To implement the Gale-Shapley algorithm for the marriage market yourself, you can visit UC Berkeley’s Mathsite.

Arindrajit Dube writes that mathematically speaking, the Gale-Shapley algorithm is part of a class of optimal matching algorithms, which is equivalent to the Monge-Kantorovich optimal transport solution, a signature accomplishment of Soviet mathematics. A popular view today is that it is not possible to implement an efficient allocation using planning because people don't have the incentives to reveal their true preferences to begin with, which makes this whole exercise rather pointless. A variant of this position was originally articulated by Austrian economists, including Ludwig von Mises, during the so called "socialist calculation" debate of the early 20th century. And in many cases this criticism rings true. However, it does not follow that the truthful revelation problem is ubiquitous. For example, it is interesting to note that Alvin Roth and Elliott Peranson show that when implementing optimal matching, this problem may be smaller than one might imagine: when each applicant only interviews a small number of positions overall, the gains from strategic manipulation of preferences are small. This, too, has important implications for the "socialist calculation" debate, as it suggests that for a range of cases, a centralized exchange implementing planning without using prices can (and indeed does) implement relatively efficient allocations.

Joshua Gans writes that Roth has set down a set of principles for market designers. Basically, market design works when you can find rules that encourage thickness (lots of buyers and sellers), avoid congestion and are safe (that people think transactions will actually take place on the terms agreed). Put those things together and you are a good way to having yourself a well-functioning market.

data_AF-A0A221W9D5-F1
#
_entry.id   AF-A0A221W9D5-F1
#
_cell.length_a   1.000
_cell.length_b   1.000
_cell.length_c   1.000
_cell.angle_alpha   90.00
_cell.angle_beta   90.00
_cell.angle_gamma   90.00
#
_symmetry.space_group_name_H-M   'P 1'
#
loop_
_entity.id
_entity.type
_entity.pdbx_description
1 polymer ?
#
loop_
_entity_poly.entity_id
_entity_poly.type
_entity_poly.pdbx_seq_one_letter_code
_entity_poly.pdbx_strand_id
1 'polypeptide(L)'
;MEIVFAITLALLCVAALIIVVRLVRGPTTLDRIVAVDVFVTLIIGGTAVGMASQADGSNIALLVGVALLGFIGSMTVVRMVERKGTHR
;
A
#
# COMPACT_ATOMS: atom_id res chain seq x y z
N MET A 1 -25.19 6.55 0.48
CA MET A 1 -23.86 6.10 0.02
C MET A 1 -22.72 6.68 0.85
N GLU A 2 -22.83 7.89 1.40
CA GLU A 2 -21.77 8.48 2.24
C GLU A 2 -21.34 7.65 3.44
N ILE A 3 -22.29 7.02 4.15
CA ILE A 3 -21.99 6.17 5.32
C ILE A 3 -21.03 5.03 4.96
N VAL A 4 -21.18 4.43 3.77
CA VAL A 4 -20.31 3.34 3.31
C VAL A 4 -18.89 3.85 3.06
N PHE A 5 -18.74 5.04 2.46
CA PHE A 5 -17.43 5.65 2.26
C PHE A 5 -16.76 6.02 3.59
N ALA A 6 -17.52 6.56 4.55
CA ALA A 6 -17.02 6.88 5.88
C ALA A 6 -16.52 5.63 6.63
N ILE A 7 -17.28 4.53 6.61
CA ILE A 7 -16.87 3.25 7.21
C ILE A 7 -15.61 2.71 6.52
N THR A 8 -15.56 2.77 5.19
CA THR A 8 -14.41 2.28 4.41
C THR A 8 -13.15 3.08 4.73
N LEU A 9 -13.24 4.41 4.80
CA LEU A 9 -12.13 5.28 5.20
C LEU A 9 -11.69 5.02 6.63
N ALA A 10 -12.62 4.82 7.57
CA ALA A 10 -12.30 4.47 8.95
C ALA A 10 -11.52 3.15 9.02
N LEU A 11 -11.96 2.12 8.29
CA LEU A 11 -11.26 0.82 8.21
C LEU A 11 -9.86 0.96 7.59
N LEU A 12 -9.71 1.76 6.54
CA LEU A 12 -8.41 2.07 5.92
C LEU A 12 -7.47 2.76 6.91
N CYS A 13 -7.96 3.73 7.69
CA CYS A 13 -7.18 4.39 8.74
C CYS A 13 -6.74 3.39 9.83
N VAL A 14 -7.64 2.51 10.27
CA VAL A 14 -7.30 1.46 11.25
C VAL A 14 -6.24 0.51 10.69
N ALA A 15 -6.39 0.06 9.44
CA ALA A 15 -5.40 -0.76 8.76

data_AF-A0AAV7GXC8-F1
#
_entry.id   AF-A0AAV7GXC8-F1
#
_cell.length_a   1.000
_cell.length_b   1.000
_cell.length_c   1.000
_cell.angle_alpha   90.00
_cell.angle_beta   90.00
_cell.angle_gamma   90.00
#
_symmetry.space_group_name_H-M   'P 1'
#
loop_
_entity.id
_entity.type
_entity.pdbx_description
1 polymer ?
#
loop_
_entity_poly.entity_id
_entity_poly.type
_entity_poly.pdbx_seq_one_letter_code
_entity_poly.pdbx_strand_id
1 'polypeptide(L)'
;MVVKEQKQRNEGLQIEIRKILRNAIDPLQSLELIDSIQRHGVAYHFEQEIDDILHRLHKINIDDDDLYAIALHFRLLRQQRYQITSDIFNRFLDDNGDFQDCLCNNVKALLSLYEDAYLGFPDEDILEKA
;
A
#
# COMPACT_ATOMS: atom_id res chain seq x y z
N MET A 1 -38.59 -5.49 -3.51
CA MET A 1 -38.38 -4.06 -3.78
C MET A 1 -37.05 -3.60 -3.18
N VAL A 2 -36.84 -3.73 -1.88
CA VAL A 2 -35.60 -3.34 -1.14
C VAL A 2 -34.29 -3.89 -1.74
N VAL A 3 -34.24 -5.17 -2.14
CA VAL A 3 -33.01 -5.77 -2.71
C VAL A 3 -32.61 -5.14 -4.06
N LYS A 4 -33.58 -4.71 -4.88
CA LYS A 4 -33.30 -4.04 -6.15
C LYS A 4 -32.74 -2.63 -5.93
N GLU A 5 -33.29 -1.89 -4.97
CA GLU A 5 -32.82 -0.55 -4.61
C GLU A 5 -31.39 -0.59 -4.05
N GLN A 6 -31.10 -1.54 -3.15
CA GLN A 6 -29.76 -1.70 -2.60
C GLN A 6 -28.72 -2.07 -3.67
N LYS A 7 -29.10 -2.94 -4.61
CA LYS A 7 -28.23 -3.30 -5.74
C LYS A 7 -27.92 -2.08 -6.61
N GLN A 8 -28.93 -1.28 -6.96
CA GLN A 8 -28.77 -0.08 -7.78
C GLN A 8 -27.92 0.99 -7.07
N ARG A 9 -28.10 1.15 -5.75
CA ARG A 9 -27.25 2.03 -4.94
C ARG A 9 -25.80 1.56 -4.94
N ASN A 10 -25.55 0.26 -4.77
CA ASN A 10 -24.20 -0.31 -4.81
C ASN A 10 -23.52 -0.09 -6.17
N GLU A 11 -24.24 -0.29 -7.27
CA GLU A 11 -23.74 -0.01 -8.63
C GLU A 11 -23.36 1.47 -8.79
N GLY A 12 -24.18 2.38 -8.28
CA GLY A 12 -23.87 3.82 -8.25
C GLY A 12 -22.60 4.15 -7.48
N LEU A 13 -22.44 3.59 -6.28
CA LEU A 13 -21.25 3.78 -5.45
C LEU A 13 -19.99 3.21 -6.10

The design of the Economics Job Market… and that of the NFL

Al Roth is also the chair of the AEA’s Ad Hoc Committee on the Job Market. The first of the Committee’s recommendations to be put in practice was the Economics Job Scamble, a web page on which applicants and employers could indicate their continued availability as of late March. The second, which went online November 20, 2006, is that the AEA will facilitate Signaling for Interviews in the Economics Job Market, to allow applicants to send up to two signals to employers with whom they would like to interview. In a email to Greg Mankiw, Al Roth explains that just as the idea of the scramble was to add some thickness to the late (March-April) part of the market, the idea of signaling is to reduce some of the congestion in the thick, January interviews part of the market.

Real Time Economics write that now that Roth and Shapley have won the Nobel, the NFL will finally listen to what they have to say. In 2010 article, three Harvard University researchers who studied market design under Roth argues that the National Football League has one of the worst systems in all of industry for matching talented workers with the right employers. They then helped create a new system for the NFL’s draft. But the NFL did NOT take the Nobel-worthy advice.

The Shapley value

Joshua Gans writes at Digitopoly that Lloyd Shapley is best known in economics for the Shapley value, which is a way of thinking about who might capture value in a multi-lateral negotiation. Henrik Jensen writes that the concept was applied to political decision making together with Martin Shubik in 1954, as the Shapley-Shubik index. It is a simple index that measures the voting power of parties, and, in particular, shows that number of seats in a committee or parliament is not the same as power. It is the power of the coalitions in which a party can be decisive, i.e., pivotal, that matters.